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Coupling of Submissiveness Trait with Higher Intelligence in Humans but not in Non-Human Primates via Low Activity Dopamine Beta Hydroxylase

Donna K. Hobgood, M.D1*

1University of Tennessee College of Medicine, 1751 Gunbarrel Road, Chattanooga, Tennessee 37421, USA

*Corresponding author: Dr. Donna K. Hobgood, University of Tennessee College of Medicine, 1751 Gunbarrel Road, Chattanooga,Tennessee 37421, Tel: 423-894-1355; Fax 423-899-8066; Email: donnahmd@gmail.com

Submitted: 05-26-2015 Accepted: 06 -16-2015 Published: 06-20-2015

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Dopamine beta hydroxylase (DBH) catalyzes the conversion of the catecholamine neurotransmitter dopamine to norepinephrine, and its activity varies as a function of genetics. Dopaminergic neural tissue has roles in a wide variety of traits. In humans, submissiveness trait in tandem with higher intelligence would appear to be linked with decreased dopamine beta hydroxylase activity while in non-human primates and other animals submissiveness trait and lower intelligence are in tandem with higher DBH activity. This apparent state makes clear how pivotal an event was the mutation that caused low activity DBH: the higher intelligence it afforded animals gave them a survival advantage and gave them dominance over other animals while in humans the increased dopamine acting in a large cerebrum caused the evolution of a human ability to see the wisdom of restraint and control of aggression and cooperation instead of domination.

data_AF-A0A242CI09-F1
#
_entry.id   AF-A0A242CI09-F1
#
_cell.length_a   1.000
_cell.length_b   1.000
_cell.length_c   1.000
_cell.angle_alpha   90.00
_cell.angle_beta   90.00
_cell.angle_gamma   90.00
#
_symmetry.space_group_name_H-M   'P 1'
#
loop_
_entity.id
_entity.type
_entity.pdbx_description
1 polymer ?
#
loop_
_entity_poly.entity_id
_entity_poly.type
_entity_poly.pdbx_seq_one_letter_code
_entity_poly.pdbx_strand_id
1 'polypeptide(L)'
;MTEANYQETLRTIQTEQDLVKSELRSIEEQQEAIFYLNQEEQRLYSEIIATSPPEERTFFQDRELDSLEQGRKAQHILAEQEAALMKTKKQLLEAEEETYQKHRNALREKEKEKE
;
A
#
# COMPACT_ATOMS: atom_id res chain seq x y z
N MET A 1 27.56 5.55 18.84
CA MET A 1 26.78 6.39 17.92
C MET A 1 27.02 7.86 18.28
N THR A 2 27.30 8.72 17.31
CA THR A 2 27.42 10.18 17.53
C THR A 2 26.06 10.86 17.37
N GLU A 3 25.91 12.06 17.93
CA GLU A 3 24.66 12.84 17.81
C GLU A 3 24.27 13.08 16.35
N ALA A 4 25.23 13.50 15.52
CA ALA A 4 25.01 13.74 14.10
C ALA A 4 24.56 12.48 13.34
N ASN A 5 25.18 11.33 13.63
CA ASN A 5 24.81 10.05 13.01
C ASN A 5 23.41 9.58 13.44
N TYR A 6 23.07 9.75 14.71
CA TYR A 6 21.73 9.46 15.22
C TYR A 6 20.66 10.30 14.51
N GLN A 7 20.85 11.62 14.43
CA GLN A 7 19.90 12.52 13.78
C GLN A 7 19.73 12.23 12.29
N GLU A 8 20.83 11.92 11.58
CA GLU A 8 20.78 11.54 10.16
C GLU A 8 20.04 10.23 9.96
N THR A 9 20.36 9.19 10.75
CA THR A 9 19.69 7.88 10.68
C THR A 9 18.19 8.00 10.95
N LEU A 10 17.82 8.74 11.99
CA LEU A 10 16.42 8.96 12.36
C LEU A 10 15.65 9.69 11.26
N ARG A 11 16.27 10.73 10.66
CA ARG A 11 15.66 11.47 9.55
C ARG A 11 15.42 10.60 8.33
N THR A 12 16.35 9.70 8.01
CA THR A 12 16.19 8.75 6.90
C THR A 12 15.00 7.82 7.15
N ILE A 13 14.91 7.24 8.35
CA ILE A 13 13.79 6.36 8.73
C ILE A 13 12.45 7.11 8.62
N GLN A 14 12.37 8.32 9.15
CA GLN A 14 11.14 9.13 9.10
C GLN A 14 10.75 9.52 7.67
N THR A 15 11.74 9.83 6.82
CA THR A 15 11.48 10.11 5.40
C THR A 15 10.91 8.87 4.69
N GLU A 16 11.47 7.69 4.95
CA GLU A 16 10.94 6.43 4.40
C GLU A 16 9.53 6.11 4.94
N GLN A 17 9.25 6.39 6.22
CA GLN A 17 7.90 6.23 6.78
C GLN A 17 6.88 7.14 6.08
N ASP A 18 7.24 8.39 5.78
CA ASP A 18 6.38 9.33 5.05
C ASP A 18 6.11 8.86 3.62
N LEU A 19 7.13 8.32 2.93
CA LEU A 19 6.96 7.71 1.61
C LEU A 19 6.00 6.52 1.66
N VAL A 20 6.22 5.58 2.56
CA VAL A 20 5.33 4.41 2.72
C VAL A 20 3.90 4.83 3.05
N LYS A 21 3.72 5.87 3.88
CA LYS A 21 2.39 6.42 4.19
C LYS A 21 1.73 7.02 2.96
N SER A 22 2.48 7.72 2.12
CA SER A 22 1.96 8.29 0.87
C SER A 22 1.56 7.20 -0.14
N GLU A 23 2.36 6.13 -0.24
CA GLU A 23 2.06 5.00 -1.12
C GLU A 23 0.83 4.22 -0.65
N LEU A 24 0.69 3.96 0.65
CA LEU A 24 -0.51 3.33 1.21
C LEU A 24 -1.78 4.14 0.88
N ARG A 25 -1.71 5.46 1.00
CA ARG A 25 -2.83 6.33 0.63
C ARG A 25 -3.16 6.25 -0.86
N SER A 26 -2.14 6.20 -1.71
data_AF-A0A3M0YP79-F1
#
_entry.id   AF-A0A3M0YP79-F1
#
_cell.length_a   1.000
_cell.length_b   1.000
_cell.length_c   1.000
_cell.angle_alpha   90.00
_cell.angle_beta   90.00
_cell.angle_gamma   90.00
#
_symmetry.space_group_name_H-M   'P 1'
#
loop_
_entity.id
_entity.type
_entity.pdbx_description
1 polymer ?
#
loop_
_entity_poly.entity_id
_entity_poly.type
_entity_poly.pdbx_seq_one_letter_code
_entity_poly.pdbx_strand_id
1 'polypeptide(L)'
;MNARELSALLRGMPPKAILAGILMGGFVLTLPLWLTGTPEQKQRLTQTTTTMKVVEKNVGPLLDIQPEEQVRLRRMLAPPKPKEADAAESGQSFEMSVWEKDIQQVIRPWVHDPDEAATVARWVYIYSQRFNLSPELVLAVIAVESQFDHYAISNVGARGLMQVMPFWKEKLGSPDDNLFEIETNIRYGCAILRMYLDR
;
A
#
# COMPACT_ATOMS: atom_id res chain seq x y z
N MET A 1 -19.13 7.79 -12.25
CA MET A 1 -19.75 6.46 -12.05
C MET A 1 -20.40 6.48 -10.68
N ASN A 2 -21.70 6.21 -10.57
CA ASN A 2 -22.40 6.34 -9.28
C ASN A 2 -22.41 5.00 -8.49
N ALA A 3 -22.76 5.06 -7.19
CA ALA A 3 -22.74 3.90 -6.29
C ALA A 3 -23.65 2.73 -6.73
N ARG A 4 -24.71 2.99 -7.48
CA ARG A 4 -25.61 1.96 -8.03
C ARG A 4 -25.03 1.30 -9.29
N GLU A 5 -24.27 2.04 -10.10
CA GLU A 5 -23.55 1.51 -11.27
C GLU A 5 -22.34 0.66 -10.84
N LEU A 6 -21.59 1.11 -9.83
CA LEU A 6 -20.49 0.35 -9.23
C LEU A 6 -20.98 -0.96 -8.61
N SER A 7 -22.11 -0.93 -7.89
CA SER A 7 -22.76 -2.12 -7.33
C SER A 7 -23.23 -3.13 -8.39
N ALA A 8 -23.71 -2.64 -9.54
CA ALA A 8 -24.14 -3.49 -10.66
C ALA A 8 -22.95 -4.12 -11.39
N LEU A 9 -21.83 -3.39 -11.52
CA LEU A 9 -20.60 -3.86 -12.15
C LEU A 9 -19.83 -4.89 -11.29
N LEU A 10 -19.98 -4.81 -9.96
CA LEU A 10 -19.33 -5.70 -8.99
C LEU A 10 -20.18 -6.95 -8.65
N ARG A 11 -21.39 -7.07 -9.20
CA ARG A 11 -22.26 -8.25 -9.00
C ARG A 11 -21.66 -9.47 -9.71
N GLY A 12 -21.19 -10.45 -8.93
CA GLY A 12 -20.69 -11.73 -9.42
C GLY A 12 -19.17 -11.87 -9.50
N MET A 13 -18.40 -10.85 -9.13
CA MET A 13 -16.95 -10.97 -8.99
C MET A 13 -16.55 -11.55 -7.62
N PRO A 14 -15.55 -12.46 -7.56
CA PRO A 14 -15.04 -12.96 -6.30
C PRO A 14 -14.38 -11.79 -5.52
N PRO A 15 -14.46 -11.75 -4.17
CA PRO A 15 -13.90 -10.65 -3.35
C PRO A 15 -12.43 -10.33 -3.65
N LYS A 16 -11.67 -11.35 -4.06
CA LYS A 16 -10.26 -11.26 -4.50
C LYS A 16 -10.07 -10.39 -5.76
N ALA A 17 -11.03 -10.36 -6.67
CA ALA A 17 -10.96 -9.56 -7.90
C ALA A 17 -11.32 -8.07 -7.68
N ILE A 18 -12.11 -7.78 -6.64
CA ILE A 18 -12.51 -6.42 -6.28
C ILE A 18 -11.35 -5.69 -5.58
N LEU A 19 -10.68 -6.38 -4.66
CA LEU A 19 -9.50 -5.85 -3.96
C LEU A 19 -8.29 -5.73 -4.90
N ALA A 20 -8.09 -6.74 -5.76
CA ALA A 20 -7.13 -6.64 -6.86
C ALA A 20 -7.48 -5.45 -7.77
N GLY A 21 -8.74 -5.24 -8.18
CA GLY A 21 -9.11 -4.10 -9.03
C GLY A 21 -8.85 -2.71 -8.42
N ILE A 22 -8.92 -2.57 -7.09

Submissiveness, along with narcissism, perfectionism and aggression, in humans can be posited to be an important aspect of the human character and to be caused by a varying diminishment of aggression trait.[1] Submissiveness in animals is related to decreased dopaminergic activity [2,3] while in humans submissiveness is related to increased dopaminergic activity[4,5]. A variety of dopamine related enzymes, including receptors and transporters, have been studied for a linkage with submissiveness trait, but the enzyme dopamine beta hydroxylase, converting dopamine to norepinephrine, has a pivotal role by virtue of determining the dopamine: norepinephrine ratio.

Though DBH hasn’t been studied to determine its effects on submissiveness trait in humans or non-human primates and other animals, it is likely pivotal in stratifying this trait such that low activity DBH causes submissiveness trait in humans and dominance trait in non-human primates. And, because dopaminergic activity is correlated with genetic intelligence [6-9], low DBH likely causes higher genetic intelligence. Therefore, low activity DBH likely causes higher intelligence coupled with more submissive personality in humans but higher intelligence coupled with dominance personality in non-human primates.

Discussion and Conclusions